Cash bonuses on Wall Street fell 14 per cent last year, according to an estimate by New York state, reflecting the weak performance of investment banking and the shift towards “deferrals” as a bigger element of pay.
But the fall, from $22.8bn in 2010 to a forecast $19.7bn, is much smaller than the decline in industry earnings and smaller than many bankers experienced – a discrepancy that the state comptroller attributed to the increasingly popular practice of spreading bonus payments over several years.
“Part of what’s happening here is the increase in deferred compensation,” said Thomas DiNapoli, state comptroller. Although cash bonuses were cut sharply this year, he said the impact was mitigated by payments from previous years.
The structural change was applauded by the state, which hopes it will lead to smoother tax revenues.
“The increased use of deferred compensation should create a pipeline of bonuses that will be paid in future years, which will reduce volatility in industry tax payments,” the comptroller’s office said. Tax income for “Wall Street-related activities” accounted for 14 per cent of the state’s tax revenue last year.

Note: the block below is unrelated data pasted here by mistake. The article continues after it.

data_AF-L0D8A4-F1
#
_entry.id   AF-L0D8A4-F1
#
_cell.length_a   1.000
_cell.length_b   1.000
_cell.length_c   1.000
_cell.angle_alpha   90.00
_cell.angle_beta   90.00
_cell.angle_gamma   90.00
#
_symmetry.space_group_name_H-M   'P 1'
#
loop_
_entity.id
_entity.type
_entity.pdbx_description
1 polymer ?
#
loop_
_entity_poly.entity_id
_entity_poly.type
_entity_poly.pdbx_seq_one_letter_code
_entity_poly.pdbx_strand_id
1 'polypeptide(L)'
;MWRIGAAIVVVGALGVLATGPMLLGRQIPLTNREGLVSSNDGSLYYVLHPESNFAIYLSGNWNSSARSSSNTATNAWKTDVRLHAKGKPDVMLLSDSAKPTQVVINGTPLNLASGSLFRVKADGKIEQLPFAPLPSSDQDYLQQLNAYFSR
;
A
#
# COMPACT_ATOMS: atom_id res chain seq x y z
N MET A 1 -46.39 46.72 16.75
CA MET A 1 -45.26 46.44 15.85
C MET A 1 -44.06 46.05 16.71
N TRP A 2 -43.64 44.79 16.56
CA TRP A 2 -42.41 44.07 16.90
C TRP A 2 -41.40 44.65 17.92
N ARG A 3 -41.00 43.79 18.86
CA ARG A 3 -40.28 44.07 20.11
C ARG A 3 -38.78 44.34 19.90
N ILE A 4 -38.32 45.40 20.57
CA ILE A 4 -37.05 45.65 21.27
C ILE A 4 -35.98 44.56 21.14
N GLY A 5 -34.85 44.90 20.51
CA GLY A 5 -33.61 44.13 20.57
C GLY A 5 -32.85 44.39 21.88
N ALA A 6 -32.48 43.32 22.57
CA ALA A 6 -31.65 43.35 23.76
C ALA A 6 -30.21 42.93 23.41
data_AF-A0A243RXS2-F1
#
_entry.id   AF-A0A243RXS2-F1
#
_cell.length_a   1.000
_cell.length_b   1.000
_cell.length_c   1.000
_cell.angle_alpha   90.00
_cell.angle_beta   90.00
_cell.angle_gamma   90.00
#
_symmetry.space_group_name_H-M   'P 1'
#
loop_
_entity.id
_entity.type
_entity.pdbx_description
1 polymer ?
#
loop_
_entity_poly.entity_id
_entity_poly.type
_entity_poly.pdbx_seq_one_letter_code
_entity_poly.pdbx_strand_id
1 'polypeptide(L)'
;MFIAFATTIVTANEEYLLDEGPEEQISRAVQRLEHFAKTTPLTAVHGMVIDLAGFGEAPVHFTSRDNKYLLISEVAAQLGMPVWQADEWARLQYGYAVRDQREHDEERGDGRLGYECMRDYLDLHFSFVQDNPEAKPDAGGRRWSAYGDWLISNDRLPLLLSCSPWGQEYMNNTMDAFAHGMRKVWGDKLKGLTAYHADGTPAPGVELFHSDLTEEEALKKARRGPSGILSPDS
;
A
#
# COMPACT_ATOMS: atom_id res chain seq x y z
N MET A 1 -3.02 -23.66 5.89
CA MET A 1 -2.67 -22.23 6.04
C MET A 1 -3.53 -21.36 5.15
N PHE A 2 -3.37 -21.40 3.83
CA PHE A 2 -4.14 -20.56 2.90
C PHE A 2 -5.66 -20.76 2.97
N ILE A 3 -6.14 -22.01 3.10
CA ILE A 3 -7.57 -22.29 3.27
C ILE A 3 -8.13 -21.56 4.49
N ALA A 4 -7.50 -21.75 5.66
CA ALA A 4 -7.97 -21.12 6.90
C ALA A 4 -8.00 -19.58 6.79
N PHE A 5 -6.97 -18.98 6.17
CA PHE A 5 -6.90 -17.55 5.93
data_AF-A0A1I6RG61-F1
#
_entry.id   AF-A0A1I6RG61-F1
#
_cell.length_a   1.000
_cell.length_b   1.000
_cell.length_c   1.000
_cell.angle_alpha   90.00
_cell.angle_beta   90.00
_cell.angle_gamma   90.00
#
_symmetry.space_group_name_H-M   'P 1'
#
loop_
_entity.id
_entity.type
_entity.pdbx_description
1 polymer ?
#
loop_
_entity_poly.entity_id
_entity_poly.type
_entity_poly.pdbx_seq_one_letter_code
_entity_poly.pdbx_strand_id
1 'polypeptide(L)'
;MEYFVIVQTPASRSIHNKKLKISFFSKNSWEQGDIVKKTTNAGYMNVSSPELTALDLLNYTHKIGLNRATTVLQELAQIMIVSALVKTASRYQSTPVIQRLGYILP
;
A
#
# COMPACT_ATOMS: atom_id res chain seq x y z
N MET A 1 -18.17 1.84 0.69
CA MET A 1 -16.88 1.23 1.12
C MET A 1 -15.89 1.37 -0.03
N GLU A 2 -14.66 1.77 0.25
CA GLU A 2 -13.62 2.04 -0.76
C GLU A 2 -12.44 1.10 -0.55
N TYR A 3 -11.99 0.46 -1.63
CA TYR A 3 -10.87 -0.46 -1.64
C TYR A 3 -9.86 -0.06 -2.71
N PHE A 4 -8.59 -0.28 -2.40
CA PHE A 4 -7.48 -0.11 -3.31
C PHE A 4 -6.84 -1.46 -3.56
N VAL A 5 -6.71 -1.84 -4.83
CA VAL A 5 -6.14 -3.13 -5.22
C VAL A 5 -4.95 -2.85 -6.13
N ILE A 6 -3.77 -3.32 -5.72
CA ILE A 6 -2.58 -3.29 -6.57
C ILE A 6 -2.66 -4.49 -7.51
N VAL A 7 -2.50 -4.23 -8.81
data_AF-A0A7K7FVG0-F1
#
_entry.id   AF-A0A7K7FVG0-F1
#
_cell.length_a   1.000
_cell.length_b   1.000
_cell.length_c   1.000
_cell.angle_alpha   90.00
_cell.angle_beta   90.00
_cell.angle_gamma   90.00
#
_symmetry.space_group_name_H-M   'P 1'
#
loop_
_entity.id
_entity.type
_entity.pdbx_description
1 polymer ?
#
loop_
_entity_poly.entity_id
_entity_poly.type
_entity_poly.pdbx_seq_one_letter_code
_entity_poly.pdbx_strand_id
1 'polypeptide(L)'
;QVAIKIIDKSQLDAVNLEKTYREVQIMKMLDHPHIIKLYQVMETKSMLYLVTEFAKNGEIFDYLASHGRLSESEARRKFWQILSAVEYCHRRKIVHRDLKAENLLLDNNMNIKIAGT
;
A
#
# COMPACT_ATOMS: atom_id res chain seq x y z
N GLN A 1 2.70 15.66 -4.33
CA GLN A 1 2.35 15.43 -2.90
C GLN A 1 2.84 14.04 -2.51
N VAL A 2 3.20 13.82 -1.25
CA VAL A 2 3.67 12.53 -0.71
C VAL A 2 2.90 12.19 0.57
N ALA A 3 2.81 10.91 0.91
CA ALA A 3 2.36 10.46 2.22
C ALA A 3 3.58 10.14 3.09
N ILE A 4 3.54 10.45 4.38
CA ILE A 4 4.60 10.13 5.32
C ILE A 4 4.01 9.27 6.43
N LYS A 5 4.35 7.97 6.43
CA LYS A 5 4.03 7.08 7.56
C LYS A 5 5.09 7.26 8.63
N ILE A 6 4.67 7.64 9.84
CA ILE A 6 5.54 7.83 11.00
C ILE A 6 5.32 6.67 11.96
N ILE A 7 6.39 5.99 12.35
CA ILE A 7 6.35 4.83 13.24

Bankers are divided about the wisdom of the move. It has been broadly encouraged by regulators in an effort to change incentives among traders, stopping them reaping upfront profits on transactions that later sour.
But others are concerned that the trend increases a bank’s fixed costs, punting costs to the future and leaving less room for manoeuvre in bad years.
Jes Staley, head of investment banking at JPMorgan Chase, this week touted the flexibility of his bank’s pay structure in a presentation to investors: the “ability to manage variable compensation” was a “competitive advantage”. He said JPMorgan had chosen to make pay competitive on a dollar basis rather than matching other banks’ compensation-to-revenue ratios. That would have meant higher bonuses and a return to the “arms race” of a few years ago, he said.
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